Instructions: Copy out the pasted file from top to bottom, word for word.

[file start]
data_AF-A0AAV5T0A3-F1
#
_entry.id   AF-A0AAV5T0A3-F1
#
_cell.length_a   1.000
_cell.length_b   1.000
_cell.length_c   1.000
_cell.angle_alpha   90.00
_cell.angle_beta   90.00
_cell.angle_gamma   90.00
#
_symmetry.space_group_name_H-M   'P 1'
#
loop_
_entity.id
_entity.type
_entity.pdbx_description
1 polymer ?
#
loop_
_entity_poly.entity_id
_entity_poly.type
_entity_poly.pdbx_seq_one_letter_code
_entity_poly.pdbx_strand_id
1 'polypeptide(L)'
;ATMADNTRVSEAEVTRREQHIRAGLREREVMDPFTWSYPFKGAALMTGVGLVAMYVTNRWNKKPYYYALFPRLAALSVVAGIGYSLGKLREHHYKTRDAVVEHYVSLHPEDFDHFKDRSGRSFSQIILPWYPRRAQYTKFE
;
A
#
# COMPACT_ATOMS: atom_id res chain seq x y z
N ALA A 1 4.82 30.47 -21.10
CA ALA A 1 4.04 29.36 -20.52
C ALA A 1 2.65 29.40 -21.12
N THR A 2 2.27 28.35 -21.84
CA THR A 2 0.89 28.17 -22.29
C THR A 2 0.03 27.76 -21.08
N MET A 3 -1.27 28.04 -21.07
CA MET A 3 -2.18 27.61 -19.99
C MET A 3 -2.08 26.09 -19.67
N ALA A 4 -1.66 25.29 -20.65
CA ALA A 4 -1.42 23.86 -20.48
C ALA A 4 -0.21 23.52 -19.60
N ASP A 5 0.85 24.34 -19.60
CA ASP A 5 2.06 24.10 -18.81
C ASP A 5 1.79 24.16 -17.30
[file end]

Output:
data_AF-A0AAV5T0A3-F1
#
_entry.id   AF-A0AAV5T0A3-F1
#
_cell.length_a   1.000
_cell.length_b   1.000
_cell.length_c   1.000
_cell.angle_alpha   90.00
_cell.angle_beta   90.00
_cell.angle_gamma   90.00
#
_symmetry.space_group_name_H-M   'P 1'
#
loop_
_entity.id
_entity.type
_entity.pdbx_description
1 polymer ?
#
loop_
_entity_poly.entity_id
_entity_poly.type
_entity_poly.pdbx_seq_one_letter_code
_entity_poly.pdbx_strand_id
1 'polypeptide(L)'
;ATMADNTRVSEAEVTRREQHIRAGLREREVMDPFTWSYPFKGAALMTGVGLVAMYVTNRWNKKPYYYALFPRLAALSVVAGIGYSLGKLREHHYKTRDAVVEHYVSLHPEDFDHFKDRSGRSFSQIILPWYPRRAQYTKFE
;
A
#
# COMPACT_ATOMS: atom_id res chain seq x y z
N ALA A 1 4.82 30.47 -21.10
CA ALA A 1 4.04 29.36 -20.52
C ALA A 1 2.65 29.40 -21.12
N THR A 2 2.27 28.35 -21.84
CA THR A 2 0.89 28.17 -22.29
C THR A 2 0.03 27.76 -21.08
N MET A 3 -1.27 28.04 -21.07
CA MET A 3 -2.18 27.61 -19.99
C MET A 3 -2.08 26.09 -19.67
N ALA A 4 -1.66 25.29 -20.65
CA ALA A 4 -1.42 23.86 -20.48
C ALA A 4 -0.21 23.52 -19.60
N ASP A 5 0.85 24.34 -19.60
CA ASP A 5 2.06 24.10 -18.81
C ASP A 5 1.79 24.16 -17.30